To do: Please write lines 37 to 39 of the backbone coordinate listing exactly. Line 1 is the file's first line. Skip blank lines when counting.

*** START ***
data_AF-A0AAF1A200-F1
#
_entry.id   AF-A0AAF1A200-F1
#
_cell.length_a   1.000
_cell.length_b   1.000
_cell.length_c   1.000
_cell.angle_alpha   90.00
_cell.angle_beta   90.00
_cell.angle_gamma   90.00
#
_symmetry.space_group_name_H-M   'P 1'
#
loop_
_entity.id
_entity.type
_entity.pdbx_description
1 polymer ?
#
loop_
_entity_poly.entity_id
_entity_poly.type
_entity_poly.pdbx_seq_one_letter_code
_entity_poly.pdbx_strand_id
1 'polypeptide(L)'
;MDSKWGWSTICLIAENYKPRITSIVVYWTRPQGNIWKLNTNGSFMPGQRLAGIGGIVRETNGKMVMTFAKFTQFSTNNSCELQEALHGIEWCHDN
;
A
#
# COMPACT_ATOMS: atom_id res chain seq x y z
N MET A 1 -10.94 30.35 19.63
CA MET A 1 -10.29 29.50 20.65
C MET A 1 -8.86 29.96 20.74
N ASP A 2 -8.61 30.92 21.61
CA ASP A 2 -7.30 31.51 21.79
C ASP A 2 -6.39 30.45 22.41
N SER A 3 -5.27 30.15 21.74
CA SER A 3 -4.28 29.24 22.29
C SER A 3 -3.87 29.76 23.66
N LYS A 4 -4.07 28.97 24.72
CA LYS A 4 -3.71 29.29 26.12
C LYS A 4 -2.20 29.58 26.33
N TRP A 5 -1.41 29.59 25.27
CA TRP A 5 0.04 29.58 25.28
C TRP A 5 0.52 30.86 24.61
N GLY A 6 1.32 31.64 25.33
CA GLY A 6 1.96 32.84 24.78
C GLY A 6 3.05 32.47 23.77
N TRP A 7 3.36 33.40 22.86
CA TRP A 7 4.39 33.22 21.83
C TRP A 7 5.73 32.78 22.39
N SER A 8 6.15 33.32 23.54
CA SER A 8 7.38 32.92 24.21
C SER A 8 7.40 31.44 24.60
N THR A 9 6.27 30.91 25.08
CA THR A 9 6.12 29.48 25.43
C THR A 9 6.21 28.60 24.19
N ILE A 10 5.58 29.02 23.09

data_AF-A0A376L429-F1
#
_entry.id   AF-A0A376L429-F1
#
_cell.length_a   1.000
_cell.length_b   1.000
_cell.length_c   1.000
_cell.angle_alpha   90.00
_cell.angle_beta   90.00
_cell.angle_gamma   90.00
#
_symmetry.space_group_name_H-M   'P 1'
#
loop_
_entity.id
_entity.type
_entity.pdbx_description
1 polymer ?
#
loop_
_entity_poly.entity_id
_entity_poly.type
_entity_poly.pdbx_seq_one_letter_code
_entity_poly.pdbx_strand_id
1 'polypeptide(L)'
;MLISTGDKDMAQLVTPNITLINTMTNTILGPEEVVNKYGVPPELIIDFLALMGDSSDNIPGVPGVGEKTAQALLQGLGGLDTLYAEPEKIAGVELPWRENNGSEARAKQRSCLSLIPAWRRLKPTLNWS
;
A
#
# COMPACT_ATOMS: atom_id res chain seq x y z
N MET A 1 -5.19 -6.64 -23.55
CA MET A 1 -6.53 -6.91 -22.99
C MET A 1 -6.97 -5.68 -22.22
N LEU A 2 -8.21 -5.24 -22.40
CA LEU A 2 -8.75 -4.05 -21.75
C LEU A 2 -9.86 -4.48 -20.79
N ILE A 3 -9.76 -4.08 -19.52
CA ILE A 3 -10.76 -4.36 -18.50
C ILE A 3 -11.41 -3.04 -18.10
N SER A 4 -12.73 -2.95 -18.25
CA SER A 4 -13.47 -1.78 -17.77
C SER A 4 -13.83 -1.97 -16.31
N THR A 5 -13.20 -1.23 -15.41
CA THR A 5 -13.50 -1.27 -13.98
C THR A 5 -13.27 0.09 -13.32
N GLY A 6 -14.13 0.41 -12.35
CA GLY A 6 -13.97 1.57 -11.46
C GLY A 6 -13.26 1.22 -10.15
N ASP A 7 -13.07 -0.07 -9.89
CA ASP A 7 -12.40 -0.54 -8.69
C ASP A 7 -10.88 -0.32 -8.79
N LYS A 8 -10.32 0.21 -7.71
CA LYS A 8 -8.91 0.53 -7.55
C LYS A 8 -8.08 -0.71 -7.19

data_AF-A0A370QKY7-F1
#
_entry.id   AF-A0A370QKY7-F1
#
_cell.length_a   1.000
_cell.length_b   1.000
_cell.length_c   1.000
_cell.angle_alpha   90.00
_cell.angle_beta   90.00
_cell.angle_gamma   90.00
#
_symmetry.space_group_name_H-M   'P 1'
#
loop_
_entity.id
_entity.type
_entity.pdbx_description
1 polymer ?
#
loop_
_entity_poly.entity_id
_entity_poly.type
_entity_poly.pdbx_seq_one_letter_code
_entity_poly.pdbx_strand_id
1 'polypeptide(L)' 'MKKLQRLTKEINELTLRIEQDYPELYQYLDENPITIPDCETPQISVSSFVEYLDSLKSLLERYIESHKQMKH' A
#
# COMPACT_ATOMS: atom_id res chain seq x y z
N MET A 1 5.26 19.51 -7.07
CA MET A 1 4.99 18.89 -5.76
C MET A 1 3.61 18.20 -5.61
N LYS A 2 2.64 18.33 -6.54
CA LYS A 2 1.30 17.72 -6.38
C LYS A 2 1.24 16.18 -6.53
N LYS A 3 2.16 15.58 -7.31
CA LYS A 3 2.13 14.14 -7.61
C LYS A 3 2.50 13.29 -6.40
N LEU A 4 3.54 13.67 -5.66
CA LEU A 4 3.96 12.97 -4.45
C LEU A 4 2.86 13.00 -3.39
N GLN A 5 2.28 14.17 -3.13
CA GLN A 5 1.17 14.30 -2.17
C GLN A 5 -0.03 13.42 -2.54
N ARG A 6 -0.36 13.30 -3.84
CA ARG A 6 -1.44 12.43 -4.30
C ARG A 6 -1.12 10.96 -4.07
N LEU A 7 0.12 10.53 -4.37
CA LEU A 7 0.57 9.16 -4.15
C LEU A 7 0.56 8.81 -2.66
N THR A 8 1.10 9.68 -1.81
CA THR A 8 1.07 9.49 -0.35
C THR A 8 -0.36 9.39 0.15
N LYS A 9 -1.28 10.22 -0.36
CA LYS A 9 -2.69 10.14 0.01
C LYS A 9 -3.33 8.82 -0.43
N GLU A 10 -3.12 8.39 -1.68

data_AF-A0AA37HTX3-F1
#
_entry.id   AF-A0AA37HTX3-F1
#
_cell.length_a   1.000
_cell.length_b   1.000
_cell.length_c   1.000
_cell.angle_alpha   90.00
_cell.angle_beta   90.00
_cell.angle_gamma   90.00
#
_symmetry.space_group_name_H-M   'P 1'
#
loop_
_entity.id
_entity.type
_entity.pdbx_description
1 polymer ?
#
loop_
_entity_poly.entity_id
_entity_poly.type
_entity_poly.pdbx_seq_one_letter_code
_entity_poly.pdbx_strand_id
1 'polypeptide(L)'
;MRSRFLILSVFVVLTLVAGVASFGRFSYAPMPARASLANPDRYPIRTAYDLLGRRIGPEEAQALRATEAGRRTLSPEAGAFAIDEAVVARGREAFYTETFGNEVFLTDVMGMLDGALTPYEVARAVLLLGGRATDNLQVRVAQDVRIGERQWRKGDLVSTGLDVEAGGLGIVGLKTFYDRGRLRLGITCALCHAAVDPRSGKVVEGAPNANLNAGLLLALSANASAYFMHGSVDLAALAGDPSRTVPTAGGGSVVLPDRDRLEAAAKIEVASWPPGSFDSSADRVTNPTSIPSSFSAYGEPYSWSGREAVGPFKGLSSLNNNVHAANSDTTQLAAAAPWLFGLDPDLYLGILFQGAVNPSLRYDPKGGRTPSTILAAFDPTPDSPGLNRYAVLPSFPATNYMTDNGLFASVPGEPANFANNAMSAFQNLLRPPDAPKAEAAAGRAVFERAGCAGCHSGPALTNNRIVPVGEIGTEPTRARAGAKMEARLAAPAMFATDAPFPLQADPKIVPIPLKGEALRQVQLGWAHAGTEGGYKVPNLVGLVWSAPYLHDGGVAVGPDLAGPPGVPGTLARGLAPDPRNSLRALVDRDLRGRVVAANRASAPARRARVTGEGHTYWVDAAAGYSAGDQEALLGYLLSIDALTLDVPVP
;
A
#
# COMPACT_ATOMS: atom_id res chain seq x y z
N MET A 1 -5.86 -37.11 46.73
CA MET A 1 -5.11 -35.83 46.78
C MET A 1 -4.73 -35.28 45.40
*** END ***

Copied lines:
N SER A 3 -5.27 30.15 21.74
CA SER A 3 -4.28 29.24 22.29
C SER A 3 -3.87 29.76 23.66